Don’t you just love Oregon summers? Living in this beautiful part of the world is a privilege we should never take for granted.
For the most part we can count on reliably warm days with low humidity and cool, pleasant nights. Also, unlike other months of the year, if we plan outdoor activities in August we can pretty much be assured they won’t be rained-out.
In fact, by now it’s usually been quite a while since we’ve seen any measurable rain.
The downside to our dry summers is that much of our landscape veers toward tawny-brown. This truth makes the principle of planting climate-adaptive, native plants very appealing — plants that can take the dog days of summer and still look terrific.
I have no trouble admitting that my early years of gardening were pretty pathetic. The garden wasn’t terrible in spring and early summer with lots of pretty flowers. But come August, I’d walk out into a backyard that rivaled the Sahara with a brown lawn and wilted flowers on crisp stems, protruding from cracked, toasted clay.
Watering was a lesson in futility, dragging a heavy, leaky hose around to give the weeds a drink while a faint “cha-ching” rippled through my consciousness when I thought about the ensuing water bill. I was usually soaked but the soil was still bone dry or it would be again in a few hours.
Discouragement, frustration and muddy feet fueled my obsessive search for improvement. Forget spring, it’s easy to design a garden that looks good in May. I needed a garden that looked good in August.
The sunny areas were a design challenge in and of themselves but what became a priority was creating a respite from the heat. That respite would require three things: shade, water and the color green. I studied garden books and magazines, (this was pre-internet), visited other gardens and nurseries and spent numerous hours standing outside with a pencil and paper, conceptualizing my August dream garden.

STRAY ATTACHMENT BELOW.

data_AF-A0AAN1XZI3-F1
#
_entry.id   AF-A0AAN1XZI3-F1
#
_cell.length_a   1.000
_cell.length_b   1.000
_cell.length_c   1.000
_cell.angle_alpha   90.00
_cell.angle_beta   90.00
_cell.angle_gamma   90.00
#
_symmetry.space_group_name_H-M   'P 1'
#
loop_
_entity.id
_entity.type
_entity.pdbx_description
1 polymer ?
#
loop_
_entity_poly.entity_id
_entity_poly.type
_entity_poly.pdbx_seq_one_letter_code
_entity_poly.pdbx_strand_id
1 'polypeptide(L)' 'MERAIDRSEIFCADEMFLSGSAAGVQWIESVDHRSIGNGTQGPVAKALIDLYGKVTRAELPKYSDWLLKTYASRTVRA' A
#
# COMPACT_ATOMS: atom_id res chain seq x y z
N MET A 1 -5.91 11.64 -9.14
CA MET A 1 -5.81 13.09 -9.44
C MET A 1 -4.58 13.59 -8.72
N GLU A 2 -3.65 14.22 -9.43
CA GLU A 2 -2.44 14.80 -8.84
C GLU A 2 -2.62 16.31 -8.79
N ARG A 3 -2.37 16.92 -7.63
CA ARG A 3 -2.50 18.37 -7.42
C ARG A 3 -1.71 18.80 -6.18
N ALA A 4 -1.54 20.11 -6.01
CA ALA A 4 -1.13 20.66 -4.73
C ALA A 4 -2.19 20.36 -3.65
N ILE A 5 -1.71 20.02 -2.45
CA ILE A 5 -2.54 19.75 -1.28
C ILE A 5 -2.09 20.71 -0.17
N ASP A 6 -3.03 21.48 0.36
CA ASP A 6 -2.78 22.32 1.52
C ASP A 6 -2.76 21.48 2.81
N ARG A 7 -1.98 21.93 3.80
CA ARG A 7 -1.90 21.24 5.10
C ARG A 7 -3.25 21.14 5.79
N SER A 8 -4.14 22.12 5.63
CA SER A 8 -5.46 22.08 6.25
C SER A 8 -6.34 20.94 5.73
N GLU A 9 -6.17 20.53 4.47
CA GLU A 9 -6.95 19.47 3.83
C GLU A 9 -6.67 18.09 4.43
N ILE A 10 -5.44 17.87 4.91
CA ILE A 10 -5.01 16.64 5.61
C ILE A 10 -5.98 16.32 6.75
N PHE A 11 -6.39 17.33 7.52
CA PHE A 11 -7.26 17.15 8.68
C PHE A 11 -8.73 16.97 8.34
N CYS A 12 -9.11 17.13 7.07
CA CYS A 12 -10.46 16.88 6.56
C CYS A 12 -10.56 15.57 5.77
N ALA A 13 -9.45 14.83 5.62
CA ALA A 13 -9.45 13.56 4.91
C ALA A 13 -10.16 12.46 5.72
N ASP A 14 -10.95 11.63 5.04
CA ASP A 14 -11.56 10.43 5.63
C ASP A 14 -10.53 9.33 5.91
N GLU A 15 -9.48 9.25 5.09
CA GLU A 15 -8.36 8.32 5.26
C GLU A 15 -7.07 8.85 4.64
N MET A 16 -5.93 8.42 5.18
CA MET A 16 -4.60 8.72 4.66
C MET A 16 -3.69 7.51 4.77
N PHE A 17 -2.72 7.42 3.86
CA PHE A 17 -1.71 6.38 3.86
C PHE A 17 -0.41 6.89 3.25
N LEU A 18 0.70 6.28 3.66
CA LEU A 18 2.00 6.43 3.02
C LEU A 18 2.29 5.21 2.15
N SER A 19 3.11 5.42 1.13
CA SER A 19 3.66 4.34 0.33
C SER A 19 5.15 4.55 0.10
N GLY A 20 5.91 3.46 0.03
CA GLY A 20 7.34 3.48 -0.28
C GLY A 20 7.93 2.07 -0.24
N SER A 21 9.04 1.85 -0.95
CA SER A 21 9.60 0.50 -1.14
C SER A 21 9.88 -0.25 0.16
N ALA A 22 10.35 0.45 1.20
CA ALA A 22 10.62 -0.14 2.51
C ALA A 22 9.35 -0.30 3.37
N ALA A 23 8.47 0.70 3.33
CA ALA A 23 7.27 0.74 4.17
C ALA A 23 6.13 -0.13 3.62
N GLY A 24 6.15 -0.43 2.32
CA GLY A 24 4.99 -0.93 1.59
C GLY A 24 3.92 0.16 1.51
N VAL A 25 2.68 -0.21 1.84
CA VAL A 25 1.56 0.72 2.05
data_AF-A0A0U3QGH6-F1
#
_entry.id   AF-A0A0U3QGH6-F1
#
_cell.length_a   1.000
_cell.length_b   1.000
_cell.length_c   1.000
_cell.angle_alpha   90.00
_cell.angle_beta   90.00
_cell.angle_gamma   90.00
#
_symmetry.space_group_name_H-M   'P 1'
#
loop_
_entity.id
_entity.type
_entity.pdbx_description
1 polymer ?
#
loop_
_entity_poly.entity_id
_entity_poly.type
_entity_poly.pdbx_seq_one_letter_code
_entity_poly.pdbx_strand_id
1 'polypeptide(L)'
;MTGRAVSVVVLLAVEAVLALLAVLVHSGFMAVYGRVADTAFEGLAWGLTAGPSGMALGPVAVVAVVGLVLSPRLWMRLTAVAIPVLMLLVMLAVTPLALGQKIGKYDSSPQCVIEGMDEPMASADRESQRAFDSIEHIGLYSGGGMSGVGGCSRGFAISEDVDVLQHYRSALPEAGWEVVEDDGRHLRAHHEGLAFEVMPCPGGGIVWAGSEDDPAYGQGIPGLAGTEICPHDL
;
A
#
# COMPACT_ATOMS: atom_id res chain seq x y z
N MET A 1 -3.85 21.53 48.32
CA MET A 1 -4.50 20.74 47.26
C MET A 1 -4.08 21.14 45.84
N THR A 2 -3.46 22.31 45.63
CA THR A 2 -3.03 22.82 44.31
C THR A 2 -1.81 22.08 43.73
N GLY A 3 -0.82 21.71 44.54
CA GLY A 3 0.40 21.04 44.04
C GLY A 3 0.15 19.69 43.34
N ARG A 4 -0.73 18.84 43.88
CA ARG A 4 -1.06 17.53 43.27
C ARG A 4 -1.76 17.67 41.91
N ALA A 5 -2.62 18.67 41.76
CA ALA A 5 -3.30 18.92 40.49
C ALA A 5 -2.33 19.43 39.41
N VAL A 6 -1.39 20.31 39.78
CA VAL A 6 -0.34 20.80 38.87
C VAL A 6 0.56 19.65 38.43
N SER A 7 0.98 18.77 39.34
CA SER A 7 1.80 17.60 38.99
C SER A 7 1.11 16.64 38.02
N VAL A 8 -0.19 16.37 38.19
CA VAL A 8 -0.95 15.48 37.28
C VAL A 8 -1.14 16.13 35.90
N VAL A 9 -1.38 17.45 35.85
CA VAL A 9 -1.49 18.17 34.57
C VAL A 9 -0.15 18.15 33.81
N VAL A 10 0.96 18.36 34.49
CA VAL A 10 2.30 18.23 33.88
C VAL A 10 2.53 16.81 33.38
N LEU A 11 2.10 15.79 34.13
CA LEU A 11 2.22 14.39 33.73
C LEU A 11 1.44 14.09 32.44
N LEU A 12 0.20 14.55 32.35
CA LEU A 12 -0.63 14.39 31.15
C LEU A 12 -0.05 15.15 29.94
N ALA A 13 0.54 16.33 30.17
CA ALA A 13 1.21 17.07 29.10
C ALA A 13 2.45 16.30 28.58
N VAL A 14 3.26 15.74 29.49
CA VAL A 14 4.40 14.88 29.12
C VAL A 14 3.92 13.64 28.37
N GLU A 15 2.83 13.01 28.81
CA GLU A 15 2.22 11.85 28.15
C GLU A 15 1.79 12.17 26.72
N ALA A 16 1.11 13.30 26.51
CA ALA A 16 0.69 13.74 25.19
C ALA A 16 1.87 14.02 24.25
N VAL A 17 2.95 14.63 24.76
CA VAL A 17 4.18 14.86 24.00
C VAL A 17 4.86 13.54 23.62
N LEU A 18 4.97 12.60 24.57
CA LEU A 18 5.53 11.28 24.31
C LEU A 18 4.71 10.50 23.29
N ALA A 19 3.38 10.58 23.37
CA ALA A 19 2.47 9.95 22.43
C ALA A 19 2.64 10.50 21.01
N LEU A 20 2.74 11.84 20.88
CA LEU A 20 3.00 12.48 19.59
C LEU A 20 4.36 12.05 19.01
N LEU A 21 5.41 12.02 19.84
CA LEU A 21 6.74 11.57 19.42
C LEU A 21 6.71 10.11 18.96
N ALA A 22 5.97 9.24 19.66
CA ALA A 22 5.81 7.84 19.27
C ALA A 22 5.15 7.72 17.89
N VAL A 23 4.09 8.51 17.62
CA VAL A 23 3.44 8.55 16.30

By the patio, I planted a Japanese maple seedling that I had earlier dug up from under its parent tree in the front yard. (I was gardening on a shoestring.) It took a few years for that little thing to grow tall enough to provide the shade I was craving but it thrived and now it’s a towering tree that spans 20 feet. Under its canopy, the air is a good five to 10 degrees cooler.
Not far from that tree, I dug a wide hole and installed a pond with a submersible pump. The sound of water trickling over the rocks in that shady spot makes for a definite cooling effect. For plants, I incorporated ferns, ground covers and moss to give the illusion of a woodland setting. Taller, leafy perennials such as Podophyllum, hosta and ornamental grasses create an interesting and diverse planting scheme.
Yes, I still have to drag my hose around but now I utilize the lightweight, super easy to use Pocket Hose. My mantra is to work smarter, not harder.
If you don’t have a shady oasis to escape to when the mercury rises, this fall will be a good time to get started. Nurseries usually mark down their remaining trees so you can get a good deal on a nice specimen. Planting in fall will give your tree time to get established before next summer’s heat. Additionally, an internet search will supply you with lots of inspiration for creating your shady oasis. If you can’t plant a tree, at least get an umbrella and a comfy chair. Grab something cool to drink and enjoy our Oregon.